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SummaryWham and splatter
The GoodA description of Raptor is pointless, if you haven't played it you've probably played a million games like it. The vertical shooter is a genre that goes in and out of fashion (though mostly out), but the fundamental gameplay mechanics have gone unchanged from the classics like Xevious to modern-day releases like Ikaruga. Raptor is an evolutionary link in a series of games that are almost identical to one another. With that said, it's a very fun time-waster and a great example of the genre.
Planes fly down from the top of the screen and you have to shoot the hell out of them. In lieu of points you collect money for your kills. As the levels go by you have to deal with tougher, smarter and more numerous baddies and eventually a boss. This is all set to a senselessly bombastic soundtrack that you can hardly hear over near-constant explosions and gunfire.
It is a shmup in every good and bad sense of the word. Raptor isn't quite as intense as some of its contemporaries (movement speed of the planes is actually rather slow ), but it's a joystick-destroyer of a game nonetheless. And instead of being a 100% knockoff there are actually one or two nods towards creativity that warrant a mention.
I mentioned earlier you receive money for kills. In between levels (at the main console) you can buy and outfit weapons and armor for your plane. Buying and selling stuff gives the game a cool "Mercenary" flavor, rather then having the game randomly dole out weapon upgrades during the game like most other vertical shooters do. Repairs cost money as well, so you'll invariably be torn between wanting that shiny new Autotrak Minigun and the need for fix your damaged plane. The game isn't very generous with money so the stakes are pretty high. You can carry multiple weapons at once and equip them at your leisure (although the controls for this are somewhat awkward.)
On easier difficulties the game is fast albeit measured. On the harder levels it becomes so frantic and desperate you'll clutch at any advantage you can get against the relentless waves of enemies. Strangely, the most useful advantages is what would outwardly appear to be mere decoration. When an enemy arrives from the top of the screen, its shadow will appear a small amount of time before the enemy itself. This means you have a critical quarter-second or so to prepare for whatever's coming at you. If you see a shadow arriving that takes up more than half the screen, you're facing a boss. Er...yeah. A boss.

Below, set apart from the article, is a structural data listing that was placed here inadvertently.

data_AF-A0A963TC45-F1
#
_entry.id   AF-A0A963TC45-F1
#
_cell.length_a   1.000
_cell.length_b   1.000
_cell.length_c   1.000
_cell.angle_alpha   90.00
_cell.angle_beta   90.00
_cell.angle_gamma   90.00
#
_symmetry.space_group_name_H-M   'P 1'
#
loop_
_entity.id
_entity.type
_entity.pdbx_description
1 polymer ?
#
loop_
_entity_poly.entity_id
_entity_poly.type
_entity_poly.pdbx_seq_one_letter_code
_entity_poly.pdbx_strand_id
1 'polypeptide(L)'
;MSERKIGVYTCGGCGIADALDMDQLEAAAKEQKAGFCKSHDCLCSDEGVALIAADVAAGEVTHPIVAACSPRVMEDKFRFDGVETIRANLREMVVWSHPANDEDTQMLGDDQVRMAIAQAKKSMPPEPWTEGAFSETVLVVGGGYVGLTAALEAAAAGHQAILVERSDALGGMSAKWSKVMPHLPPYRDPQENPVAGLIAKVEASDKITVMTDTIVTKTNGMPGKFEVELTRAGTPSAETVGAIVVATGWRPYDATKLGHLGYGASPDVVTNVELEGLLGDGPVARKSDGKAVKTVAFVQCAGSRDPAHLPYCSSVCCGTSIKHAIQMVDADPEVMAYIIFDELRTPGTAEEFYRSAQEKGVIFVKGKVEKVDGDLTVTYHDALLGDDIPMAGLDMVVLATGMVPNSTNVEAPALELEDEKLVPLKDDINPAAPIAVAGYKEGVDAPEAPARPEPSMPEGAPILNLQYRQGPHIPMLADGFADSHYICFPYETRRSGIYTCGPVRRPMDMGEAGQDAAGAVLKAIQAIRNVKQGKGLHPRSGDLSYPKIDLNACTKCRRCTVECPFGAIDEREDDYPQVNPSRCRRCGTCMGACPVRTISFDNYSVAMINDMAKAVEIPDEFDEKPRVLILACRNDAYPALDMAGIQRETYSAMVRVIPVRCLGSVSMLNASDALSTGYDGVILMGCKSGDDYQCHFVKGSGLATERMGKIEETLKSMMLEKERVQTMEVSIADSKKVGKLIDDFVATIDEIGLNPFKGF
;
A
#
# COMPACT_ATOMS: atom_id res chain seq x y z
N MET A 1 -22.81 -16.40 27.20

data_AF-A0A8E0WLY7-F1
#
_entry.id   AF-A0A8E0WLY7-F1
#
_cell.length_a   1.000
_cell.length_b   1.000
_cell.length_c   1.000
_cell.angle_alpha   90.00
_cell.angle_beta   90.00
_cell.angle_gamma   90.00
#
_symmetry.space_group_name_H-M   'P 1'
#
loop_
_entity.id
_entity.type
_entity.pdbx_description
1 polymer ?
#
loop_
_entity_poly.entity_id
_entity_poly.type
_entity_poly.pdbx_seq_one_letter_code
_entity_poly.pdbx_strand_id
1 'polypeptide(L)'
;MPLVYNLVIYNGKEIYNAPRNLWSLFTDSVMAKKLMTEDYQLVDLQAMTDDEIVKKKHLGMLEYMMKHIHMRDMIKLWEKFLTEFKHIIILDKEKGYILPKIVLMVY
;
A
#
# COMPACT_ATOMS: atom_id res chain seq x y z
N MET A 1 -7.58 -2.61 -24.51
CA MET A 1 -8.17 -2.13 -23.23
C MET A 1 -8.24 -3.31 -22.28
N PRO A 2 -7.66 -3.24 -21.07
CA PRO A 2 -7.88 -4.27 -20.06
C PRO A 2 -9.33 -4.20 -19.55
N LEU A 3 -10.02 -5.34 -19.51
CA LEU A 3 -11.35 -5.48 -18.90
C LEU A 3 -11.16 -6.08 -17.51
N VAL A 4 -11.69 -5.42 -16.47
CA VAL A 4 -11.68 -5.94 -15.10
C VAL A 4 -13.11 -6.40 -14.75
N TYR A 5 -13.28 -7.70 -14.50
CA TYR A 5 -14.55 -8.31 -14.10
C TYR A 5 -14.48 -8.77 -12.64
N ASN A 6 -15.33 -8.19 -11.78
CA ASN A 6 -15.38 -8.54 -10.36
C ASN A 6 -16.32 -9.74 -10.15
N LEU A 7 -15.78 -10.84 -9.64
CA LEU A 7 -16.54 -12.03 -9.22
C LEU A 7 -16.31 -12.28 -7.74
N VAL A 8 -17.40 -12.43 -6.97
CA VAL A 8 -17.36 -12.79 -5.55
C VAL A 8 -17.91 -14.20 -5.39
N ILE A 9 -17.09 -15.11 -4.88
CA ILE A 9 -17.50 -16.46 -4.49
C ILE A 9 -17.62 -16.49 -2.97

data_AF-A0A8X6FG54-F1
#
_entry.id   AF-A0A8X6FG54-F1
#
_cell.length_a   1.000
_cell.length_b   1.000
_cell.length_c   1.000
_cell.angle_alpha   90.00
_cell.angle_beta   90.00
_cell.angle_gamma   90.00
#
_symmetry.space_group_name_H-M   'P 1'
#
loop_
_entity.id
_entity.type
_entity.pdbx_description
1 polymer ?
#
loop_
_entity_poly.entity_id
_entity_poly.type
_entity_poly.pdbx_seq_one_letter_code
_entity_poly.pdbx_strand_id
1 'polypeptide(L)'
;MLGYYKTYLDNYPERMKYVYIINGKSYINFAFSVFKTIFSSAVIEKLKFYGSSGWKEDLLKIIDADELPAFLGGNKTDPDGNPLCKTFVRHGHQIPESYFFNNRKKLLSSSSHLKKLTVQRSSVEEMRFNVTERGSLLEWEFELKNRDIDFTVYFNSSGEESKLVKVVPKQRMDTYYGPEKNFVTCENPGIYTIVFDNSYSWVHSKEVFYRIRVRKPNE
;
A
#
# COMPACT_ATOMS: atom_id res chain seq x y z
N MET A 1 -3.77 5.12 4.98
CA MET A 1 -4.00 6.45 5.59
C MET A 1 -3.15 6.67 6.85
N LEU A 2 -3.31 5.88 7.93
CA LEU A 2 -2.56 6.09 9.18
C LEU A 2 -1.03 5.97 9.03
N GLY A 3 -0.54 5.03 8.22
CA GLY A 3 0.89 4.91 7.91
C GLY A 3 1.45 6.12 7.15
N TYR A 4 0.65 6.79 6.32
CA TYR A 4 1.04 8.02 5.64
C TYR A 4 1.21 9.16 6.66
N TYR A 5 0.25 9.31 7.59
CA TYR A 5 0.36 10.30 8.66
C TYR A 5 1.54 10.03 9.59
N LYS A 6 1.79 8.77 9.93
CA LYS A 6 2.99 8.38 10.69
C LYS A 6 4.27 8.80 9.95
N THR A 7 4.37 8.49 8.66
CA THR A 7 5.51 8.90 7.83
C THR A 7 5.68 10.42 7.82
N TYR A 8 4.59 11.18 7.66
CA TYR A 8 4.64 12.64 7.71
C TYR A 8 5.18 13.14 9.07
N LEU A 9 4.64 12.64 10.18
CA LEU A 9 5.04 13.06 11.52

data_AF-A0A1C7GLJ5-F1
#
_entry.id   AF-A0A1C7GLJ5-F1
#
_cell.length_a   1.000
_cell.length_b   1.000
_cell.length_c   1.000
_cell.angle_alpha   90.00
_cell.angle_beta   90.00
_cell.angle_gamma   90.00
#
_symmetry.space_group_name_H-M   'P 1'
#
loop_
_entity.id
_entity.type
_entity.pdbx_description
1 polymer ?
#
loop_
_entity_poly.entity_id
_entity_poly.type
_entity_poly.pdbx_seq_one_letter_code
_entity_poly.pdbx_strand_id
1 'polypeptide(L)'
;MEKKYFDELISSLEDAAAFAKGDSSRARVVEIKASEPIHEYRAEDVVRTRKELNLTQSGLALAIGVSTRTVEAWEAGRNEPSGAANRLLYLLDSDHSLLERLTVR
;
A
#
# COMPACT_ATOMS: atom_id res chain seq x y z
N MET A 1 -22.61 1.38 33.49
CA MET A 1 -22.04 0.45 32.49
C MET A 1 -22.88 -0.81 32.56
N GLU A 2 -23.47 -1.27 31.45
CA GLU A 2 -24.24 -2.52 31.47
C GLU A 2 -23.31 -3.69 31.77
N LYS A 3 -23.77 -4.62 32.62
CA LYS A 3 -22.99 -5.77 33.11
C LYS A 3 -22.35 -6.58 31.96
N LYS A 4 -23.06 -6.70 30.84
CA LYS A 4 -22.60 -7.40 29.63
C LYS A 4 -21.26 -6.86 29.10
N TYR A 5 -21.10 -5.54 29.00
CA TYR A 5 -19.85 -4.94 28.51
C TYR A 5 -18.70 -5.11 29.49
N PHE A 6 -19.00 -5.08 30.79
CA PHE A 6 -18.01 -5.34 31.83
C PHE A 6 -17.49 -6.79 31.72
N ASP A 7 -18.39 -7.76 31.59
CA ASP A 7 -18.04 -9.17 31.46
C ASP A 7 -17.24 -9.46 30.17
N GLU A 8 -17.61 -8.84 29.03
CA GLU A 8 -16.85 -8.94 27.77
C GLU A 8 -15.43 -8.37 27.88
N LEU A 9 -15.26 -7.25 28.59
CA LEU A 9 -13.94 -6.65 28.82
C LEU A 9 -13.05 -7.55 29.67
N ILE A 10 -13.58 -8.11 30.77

As you'd expect for one of Cygnus Studio's games the production values are excellent. You get treated to a stunning pre-rendered animation that's almost as good as the FMV characterised by the CD revolution. The graphics are top-notch. Explosions are bright, zany and colorful, and while the enemy planes aren't very detailed (what would be the point? They're on the screen for about one or two seconds each) this deficiency is more than made up for by the detailed and elaborate locations you play in.
Most vertical shooters take place in deserts, glaciers, or other empty environments, but in Raptor you fly across bustling cities complete with buildings, cars, bridges, oil refineries, gas stations, etc all of which can be blown up for quick cash. But while the backgrounds are extremely detailed, they aren't so eye-catching as to take your focus off the foreground, something many shmups forget about. A nice touch is how buildings blow up one piece at a time, or burn slowly and are then destroyed. This is really effective and evokes an atmosphere of pure mayhem.
The BadLike most games of its type Raptor has little replay value. Once you complete it once or twice and buy all the weapons and upgrades there's nothing left to do. Many shooters try to entice you into playing further with unlockables and bonus features, but there's none of those here. Seriously, is a 2-P mode too much to ask?
Being able to buy and sell weapons is cool, but it's not exploited as well as it could have been. Weapons are of the "strong, stronger, strongest" category, so your choice in buying weapons is not dictated by strategy but rather by your budget. Once you max yourself out and get the strongest weapon in the game you'll never need to touch any of the other ones, which is a shame.
And since it's a shmup (perhaps the lowest common denominator of video gaming) the standard "if-you-don't-like-the-genre-don't-play-this" disclaimer applies.